"Whooping cough is better with us. We have had the advantage of
you in fine air & sunny weather, but young Horace's eyes have not
yet recovered from the gunpowder injury. I have been unusually occupied
& have not had time for letter writing. My niece, Mrs. Blake, Rebecca
& my nephew Calvin were all ill at once. Then Charlotte thought
she would follow the fashion -- & they all applied to me for advice.
So I was quite busy administering small pills, large baths, & peculiar
food to them all for several weeks. I was perfectly well thro' the whole
of it - indeed I believe my husband thinks I am something of a vampire,
never so well pleased as when I have a victim or two laid upon their
backs, on whom I can practice the healing art."
had a soaking spring - weeks & weeks of almost unmitigated rain
- tropical in its violence - with occasionally a bright, sunshiny day.
The farmers were in despair - they could not get a chance to plant their
corn. In Springfield, close by us, where it is low, the gardens were
overflowed by the creeks, & horses & cows washed out of the
barns. I have tried to think what occupied me so much then, and upon
looking back in detail I believe a greater part of the time has been
spent in drying and brushing the children's socks, shoes & boots
or washing and ironing the lower stories of my own dresses. The consequences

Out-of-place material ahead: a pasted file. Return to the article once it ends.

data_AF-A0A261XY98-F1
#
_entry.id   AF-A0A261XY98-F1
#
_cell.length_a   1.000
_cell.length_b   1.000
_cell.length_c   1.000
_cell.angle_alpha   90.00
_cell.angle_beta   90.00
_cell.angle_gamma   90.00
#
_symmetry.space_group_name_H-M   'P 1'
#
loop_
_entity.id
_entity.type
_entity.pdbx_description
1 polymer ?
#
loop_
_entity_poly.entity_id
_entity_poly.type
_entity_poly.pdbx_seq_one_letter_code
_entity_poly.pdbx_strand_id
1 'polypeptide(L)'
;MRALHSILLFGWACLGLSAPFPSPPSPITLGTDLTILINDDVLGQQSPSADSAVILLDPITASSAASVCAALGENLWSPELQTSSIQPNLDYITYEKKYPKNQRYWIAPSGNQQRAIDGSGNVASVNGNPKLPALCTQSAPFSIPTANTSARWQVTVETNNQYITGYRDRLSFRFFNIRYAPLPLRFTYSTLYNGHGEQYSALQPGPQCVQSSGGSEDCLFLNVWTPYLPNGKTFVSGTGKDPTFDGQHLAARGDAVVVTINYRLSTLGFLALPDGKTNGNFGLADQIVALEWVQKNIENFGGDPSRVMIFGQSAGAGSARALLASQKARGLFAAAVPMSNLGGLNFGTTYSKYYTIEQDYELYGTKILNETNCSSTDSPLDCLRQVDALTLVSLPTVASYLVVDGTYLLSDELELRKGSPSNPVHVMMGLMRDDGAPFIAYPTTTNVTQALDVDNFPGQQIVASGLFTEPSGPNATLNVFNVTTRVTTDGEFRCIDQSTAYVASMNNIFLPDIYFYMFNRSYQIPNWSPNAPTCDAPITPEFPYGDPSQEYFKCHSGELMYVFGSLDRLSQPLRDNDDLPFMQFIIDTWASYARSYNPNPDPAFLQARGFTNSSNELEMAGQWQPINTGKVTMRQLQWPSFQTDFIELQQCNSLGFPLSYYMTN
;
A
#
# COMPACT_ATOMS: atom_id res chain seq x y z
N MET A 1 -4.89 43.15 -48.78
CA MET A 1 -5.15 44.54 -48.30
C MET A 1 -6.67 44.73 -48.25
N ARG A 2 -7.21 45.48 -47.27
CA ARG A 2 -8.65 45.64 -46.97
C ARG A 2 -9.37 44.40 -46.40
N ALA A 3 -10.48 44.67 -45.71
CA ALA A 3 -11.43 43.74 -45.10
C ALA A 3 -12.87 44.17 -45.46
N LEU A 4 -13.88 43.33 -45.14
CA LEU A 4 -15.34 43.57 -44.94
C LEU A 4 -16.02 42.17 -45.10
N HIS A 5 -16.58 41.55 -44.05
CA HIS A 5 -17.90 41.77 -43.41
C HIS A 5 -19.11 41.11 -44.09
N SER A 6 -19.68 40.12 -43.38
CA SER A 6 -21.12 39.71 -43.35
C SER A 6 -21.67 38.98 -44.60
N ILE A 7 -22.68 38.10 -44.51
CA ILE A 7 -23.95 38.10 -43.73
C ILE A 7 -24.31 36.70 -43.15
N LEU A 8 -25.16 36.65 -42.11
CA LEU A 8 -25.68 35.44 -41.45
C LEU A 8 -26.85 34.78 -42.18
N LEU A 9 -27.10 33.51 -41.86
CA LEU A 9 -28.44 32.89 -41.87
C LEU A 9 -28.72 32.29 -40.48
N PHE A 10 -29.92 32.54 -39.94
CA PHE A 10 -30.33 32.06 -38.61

of our rainy spring were disastrous to time as well as to garments."
boys were wild with making maple sugar early in the spring - there is
a fine camp directly below us. They pass much of every day in the ravine,
where they bathe in the living water, & gather water cresses &
cowslips from under the very springs as they gush from the rocks. These
woods are more like the park of an English country seat than anything
else I ever saw. There is something in the fresh society & country
& these virgin woods that excites me greatly. We have such a wealth
of wildflowers here, that garden flowers are almost a superfluity. We
actually found trascadentias growing wild on the railroad bank today.
Last year we found SIXTY VARIETIES of flowers in our ravine within half
a mile of the college. Among these are many of our eastern garden flowers
- phloxes of many & rich varieties, bee larkspurs, jonquils, lilies,
snowdrops, blue & Yellow & white violets, blue & yellow-eyed
grasses, laurustinus trees, white hawthorne now in splendid bloom, horse
chestnuts (the buckeye of Ohio), sweet williams of various shades, and
several flowering trees, both white and pink."
house is a beautiful one - the most convenient house conceivable - we
enjoy it unspeakably. The lower story is all carpeted with a green &
white carpet, the figure a grapevine. The next story is carpeted with
an autumnal brown, & the upper story for the boys has painted floors
of a bird of paradise tint, highly varnished, & they think they
are beautiful. For ventilation, warming & other conveniences, we
think there is probably not so good a house this side of the Alleghenies.
Thus far we have not had a blind nor a curtain, the blinds being in